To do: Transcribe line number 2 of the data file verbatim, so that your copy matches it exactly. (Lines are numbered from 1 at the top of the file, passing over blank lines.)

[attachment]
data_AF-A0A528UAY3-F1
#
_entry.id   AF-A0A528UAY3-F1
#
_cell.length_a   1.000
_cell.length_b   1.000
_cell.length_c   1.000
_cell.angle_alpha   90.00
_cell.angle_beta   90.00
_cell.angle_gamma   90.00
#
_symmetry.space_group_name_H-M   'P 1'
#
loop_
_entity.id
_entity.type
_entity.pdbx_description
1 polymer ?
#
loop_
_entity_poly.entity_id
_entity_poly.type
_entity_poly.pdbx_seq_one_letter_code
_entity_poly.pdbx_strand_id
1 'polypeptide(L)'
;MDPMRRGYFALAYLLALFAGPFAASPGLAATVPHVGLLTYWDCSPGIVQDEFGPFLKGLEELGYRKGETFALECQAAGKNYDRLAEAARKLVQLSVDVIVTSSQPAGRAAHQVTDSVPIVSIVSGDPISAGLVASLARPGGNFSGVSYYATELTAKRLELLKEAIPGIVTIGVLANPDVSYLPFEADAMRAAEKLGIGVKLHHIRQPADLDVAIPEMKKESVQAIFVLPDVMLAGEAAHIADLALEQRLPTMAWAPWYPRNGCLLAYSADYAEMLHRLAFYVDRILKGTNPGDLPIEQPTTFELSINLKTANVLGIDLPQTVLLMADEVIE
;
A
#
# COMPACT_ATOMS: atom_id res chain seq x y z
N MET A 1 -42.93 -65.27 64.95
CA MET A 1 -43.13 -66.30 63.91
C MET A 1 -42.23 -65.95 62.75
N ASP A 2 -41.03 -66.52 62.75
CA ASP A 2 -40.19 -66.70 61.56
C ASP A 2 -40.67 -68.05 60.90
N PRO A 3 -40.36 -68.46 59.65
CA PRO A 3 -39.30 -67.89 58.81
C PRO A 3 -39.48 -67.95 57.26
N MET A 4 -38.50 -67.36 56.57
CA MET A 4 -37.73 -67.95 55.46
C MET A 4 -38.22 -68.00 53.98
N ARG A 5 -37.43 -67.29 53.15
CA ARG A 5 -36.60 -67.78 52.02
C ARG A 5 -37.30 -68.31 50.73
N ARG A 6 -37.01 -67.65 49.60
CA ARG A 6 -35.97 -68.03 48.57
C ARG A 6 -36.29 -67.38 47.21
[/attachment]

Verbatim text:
#